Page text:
Following from this is the observation that Parliament has not fully respected the decision of the Constitutional Court, for it replaced the unconstitutional provisions through the reference to a norm that is also unconstitutional. This is clear if one looks at Article VII of Title VII of the Constitution "Final and Transitional Provisions", which stipulates: "The Law of 1 September 1989 on Languages Spoken in Moldova will continue to be effective to the extent that it does not run counter to the current Constitution". Since the civil state documents are official legal acts, they fall directly under Article 13 of the Constitution and the provisions anterior to the current Constitution do not have legal power.
It is to be noted that Parliament made a reference in the Law on Notaries to the Law of 1 September 1989 and ruled that notaries should issue documents in the Moldovan and Russian languages.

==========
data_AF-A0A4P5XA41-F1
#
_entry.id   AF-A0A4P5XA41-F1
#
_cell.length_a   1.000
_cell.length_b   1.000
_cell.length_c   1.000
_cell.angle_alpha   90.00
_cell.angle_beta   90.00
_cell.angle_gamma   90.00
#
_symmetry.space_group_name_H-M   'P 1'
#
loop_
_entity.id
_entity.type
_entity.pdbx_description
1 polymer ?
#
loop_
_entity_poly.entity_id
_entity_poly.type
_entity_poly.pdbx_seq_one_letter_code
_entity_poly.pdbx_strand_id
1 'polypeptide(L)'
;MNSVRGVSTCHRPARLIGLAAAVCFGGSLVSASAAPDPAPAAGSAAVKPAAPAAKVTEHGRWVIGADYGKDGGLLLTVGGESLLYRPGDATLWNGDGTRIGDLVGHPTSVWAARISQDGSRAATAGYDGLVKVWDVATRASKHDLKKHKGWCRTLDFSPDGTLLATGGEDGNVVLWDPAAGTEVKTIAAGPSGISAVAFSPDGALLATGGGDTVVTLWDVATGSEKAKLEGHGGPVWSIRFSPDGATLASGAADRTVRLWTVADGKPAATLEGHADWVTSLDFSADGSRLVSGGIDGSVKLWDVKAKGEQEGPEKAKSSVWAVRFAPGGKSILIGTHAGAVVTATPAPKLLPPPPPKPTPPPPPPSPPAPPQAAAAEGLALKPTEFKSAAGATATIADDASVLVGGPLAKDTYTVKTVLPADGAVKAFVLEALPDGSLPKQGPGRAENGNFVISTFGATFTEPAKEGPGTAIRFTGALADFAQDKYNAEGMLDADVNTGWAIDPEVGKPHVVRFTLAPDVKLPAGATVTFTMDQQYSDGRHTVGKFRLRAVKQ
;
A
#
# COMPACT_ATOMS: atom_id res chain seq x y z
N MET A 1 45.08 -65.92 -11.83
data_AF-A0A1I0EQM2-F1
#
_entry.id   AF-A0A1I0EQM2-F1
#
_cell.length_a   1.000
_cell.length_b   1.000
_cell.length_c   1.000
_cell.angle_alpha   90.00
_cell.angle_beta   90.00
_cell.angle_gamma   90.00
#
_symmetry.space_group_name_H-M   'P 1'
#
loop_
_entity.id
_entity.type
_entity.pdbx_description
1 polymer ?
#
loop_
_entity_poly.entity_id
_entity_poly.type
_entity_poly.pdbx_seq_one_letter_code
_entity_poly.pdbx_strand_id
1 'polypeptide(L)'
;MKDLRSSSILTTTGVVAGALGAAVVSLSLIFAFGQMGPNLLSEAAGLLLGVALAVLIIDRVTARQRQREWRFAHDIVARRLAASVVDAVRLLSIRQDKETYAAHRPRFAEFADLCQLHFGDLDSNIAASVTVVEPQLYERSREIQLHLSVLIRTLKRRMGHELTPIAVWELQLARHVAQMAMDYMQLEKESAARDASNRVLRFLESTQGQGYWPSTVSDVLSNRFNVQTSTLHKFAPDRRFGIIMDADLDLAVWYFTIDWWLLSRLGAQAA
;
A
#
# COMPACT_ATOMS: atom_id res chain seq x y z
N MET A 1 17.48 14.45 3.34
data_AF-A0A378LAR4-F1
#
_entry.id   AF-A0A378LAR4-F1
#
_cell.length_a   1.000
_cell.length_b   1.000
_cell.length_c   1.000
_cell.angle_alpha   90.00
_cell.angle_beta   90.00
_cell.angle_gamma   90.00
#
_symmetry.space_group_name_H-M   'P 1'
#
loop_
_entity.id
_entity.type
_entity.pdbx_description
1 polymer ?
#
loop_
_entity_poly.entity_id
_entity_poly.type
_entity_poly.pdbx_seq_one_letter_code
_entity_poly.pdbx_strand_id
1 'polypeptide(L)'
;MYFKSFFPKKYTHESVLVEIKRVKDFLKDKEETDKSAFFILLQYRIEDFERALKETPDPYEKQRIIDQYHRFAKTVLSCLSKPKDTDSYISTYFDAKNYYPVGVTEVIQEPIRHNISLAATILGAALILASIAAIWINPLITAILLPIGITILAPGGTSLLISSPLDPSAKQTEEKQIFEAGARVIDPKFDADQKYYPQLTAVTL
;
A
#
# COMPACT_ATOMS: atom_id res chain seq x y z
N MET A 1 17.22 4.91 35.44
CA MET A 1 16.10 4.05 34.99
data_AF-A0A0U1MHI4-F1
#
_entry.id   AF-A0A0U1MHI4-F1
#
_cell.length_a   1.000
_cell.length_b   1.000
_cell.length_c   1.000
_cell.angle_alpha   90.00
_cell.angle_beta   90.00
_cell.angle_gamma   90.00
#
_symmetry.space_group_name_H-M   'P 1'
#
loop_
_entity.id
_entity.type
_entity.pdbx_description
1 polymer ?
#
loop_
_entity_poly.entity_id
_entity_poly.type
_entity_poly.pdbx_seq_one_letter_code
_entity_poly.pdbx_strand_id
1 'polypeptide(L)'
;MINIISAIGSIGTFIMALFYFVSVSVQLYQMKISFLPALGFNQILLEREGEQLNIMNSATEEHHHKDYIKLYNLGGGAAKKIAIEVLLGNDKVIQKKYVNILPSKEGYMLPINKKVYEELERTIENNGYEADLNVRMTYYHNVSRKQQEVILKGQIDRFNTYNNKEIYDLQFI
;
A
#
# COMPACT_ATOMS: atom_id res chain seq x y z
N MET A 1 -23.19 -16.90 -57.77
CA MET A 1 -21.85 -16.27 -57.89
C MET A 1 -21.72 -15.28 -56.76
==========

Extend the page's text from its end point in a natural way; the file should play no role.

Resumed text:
It is possible that soon these norms too will be contested in the Constitutional Court, which will decide if they are constitutional or not.
Another conclusion that comes out of this is that the parliamentary majority has been making systematic changes intended to enhance the standing of the Russian language (in the laws mentioned above, the Law on the Protection of Consumers, the Law on Medicines, etc.)
Thus, although the Parliament has not succeeded in amending the Constitution and grant the Russian language the status of state language officially, this is being done in a rather insistent manner through a wealth of indirect amendments, despite the fact that the PACE Resolutions recommended abstaining from taking any decisions on the status of languages. It seems, though, that in the ongoing electoral campaign everyone has forgotten about this. The CE officials do not insist on these issues any more and have given green light to Moldova taking over the Chairmanship of the CE Committee of Ministers.